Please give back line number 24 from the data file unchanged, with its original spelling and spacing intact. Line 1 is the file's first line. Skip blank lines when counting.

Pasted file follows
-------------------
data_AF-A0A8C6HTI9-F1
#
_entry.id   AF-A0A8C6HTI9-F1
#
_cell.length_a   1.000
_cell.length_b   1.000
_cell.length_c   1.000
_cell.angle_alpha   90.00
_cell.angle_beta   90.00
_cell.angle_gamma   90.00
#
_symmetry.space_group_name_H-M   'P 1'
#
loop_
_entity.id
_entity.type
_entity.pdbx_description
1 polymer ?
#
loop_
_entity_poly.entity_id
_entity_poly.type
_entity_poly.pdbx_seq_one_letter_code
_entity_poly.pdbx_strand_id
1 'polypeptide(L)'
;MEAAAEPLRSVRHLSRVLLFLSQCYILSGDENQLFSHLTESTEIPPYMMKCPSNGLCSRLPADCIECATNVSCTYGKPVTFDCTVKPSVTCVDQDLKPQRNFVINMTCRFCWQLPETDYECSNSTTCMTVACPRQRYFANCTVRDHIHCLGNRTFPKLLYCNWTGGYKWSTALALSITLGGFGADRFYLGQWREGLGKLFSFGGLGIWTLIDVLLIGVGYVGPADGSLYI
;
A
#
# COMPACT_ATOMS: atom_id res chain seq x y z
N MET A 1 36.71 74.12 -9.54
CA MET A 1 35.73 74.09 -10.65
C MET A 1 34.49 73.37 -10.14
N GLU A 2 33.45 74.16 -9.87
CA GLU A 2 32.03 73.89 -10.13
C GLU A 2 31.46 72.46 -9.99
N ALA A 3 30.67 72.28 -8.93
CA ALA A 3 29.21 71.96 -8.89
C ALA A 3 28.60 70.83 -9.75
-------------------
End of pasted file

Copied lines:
_entity_poly.pdbx_strand_id